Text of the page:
Online age verification is a hot topic. It is the subject of a current consultation by Ofcom as part of a series of work before the Online Safety Act takes full effect.  Platforms will be required (among other things) to take measures to prevent children from accessing harmful content.

The issue of age verification is already being tackled in the context of video sharing platforms, which are required to implement measures to prevent under-18s from accessing pornographic material under the Video Sharing Platform rules.  Ofcom recently reported that Tapnet Ltd (which provides the online adult video service RevealMe) has introduced age verification measures, after Ofcom raised concerns that it was not doing enough to prevent children from being able to access pornography on its platform.

Earlier this year, Ofcom launched an enforcement programme into the age assurance measures of UK adult sites, to examine the scale of potential compliance concerns in the sector and determine whether any further action was required.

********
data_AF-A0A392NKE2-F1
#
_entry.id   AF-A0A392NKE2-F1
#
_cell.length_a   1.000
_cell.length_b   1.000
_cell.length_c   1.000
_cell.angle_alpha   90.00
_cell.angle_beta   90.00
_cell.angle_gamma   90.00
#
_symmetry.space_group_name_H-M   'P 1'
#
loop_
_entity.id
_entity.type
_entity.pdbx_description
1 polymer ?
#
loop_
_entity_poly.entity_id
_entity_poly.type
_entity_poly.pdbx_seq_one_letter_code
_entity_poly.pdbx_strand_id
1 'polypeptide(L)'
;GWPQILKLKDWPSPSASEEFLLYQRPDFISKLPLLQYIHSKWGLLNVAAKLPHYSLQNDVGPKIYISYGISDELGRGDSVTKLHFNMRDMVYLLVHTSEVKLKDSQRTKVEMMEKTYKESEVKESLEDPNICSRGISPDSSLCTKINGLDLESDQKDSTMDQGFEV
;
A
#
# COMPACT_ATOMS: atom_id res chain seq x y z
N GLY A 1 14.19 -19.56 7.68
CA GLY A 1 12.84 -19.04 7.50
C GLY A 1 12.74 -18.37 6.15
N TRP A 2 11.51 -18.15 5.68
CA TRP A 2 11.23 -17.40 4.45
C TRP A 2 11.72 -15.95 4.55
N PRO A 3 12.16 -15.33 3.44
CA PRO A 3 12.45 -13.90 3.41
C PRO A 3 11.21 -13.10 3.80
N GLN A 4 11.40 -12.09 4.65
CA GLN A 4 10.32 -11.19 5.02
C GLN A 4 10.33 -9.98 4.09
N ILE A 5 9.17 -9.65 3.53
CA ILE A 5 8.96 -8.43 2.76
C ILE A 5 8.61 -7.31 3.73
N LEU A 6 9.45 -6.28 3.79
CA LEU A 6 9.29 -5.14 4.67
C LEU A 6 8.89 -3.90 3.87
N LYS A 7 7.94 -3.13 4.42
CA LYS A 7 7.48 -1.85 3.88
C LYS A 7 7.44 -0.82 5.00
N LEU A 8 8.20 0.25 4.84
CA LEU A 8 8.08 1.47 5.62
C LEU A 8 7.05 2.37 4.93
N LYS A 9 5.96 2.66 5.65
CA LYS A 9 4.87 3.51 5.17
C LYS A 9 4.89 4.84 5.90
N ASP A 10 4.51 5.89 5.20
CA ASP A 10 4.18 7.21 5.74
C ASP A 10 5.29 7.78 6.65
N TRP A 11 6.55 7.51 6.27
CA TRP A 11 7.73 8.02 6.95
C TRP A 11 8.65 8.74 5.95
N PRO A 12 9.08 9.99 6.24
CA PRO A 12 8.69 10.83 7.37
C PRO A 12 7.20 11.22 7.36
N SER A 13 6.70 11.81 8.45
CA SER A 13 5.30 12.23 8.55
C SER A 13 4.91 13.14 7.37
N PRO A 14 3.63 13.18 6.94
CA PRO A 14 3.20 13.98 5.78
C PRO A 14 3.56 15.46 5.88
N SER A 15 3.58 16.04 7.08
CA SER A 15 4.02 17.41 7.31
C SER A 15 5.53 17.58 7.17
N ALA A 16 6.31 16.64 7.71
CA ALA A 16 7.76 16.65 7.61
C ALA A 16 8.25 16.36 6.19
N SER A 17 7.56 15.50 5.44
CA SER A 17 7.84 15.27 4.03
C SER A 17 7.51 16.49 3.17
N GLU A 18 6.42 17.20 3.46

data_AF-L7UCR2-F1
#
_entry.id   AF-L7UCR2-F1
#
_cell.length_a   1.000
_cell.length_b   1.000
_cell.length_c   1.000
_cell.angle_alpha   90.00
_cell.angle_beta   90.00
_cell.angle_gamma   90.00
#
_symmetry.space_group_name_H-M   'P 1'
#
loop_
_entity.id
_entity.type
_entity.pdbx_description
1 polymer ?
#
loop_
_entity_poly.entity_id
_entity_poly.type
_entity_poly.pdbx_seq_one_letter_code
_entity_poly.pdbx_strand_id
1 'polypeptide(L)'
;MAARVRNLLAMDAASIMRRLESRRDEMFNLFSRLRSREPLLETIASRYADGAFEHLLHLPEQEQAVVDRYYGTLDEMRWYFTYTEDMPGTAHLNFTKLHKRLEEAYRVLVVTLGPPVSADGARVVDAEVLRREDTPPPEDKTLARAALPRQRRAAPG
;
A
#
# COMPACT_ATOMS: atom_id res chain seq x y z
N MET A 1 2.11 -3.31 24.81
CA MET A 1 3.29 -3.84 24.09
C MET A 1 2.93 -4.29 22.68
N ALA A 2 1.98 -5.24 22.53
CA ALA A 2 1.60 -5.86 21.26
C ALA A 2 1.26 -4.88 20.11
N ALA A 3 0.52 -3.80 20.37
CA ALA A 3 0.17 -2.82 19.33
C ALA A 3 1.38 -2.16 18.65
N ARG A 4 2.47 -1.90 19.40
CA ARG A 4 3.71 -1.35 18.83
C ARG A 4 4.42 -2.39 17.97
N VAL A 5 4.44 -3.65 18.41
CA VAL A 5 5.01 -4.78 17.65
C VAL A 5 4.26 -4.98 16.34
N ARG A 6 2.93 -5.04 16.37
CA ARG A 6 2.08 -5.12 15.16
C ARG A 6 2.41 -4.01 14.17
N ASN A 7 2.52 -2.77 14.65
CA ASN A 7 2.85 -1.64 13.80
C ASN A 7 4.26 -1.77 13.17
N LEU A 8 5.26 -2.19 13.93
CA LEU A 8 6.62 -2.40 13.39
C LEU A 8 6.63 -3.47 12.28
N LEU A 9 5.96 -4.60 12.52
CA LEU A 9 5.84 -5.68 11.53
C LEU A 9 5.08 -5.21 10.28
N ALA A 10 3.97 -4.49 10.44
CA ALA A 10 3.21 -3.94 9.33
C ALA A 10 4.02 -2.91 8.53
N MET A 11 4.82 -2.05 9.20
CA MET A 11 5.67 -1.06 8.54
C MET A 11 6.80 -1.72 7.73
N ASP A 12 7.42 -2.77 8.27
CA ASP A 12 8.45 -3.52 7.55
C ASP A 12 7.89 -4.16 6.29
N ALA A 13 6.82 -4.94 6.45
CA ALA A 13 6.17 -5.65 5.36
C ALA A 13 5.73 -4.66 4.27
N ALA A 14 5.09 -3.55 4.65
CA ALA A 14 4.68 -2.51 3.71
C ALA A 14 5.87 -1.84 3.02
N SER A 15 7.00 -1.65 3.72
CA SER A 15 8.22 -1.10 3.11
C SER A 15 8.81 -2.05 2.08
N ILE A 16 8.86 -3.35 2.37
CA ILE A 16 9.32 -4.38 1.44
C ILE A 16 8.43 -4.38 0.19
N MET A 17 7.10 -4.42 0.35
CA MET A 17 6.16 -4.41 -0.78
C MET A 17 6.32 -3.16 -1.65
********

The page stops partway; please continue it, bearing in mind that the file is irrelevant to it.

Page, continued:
As part of this, Ofcom discovered that Tapnet was relying on self-declaration and debit card payments to provide assurance as to the age of its users.  Tapnet has now introduced an interim age verification process while implementing an automated tool. It now requires users, upon entering the site and before accessing any videos, to verify their age by submitting valid identification to a third-party automated age verification tool or making a credit card payment; or by signing into a registered account where their age has already been verified.

Ofcom has welcomed these changes and will monitor whether they are working effectively. Some may say Tapnet got off lightly, given that the business has already been sanctioned for non-compliance with reporting obligations.

Since this latest Tapnet case was published, Ofcom has issued its consultation on new guidance to help online pornography services comply with the requirement under the Online Safety Act to introduce highly effective age-controls to protect children. That guidance also makes clear that debit cards and self-declaration will not be considered adequate measures.

This case follows other recent developments of interest to VSPs, which we have also covered in this article.